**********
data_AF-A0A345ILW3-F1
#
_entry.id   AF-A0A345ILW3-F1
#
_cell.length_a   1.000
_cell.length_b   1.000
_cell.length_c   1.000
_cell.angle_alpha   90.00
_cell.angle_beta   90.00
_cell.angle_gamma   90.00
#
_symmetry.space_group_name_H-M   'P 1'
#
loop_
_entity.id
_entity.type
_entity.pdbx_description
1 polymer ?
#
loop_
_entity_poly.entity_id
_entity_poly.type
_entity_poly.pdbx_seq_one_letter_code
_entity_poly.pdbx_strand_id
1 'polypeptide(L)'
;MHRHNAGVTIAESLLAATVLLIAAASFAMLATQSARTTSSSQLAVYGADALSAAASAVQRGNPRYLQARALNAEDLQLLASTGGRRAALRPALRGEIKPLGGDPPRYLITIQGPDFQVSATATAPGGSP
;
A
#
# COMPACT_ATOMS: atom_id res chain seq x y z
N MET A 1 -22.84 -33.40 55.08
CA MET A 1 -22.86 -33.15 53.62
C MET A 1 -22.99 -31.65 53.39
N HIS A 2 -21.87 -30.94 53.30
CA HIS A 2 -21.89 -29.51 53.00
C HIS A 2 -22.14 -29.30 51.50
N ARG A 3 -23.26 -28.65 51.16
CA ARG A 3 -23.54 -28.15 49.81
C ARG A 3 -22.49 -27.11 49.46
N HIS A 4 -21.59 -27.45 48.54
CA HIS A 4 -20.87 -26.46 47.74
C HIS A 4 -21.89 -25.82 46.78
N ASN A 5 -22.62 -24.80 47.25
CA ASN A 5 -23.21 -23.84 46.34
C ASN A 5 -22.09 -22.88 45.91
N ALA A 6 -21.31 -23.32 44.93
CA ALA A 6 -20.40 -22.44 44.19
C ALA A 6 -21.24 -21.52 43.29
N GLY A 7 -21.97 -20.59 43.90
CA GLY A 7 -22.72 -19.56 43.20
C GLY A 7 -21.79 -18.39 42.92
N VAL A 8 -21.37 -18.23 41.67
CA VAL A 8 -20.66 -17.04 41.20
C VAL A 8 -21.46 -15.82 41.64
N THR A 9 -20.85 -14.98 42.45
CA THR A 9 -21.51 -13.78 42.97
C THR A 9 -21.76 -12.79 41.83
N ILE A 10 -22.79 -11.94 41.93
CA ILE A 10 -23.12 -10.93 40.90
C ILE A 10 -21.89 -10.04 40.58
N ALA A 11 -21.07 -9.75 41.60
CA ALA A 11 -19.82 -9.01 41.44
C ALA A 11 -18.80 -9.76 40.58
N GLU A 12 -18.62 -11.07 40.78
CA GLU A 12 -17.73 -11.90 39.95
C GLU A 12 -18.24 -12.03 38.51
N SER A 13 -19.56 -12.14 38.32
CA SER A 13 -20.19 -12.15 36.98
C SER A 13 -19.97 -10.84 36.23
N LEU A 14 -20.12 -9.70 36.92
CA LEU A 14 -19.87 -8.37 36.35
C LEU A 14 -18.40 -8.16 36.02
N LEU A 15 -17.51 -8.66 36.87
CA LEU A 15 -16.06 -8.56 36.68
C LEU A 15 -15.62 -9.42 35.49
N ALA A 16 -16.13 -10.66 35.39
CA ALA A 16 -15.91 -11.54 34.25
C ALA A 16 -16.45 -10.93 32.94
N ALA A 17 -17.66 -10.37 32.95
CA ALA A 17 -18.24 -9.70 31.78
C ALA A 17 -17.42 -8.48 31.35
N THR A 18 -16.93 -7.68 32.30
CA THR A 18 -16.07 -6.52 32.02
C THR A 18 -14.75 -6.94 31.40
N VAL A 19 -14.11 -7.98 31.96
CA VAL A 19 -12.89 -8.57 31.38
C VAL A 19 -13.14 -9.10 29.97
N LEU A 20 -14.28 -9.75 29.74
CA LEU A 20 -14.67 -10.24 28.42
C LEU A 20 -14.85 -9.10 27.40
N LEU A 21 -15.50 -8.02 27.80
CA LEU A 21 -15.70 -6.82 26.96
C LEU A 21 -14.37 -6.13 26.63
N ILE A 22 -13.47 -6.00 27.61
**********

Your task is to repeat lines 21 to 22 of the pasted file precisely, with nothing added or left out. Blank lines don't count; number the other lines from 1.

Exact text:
_entity_poly.entity_id
_entity_poly.type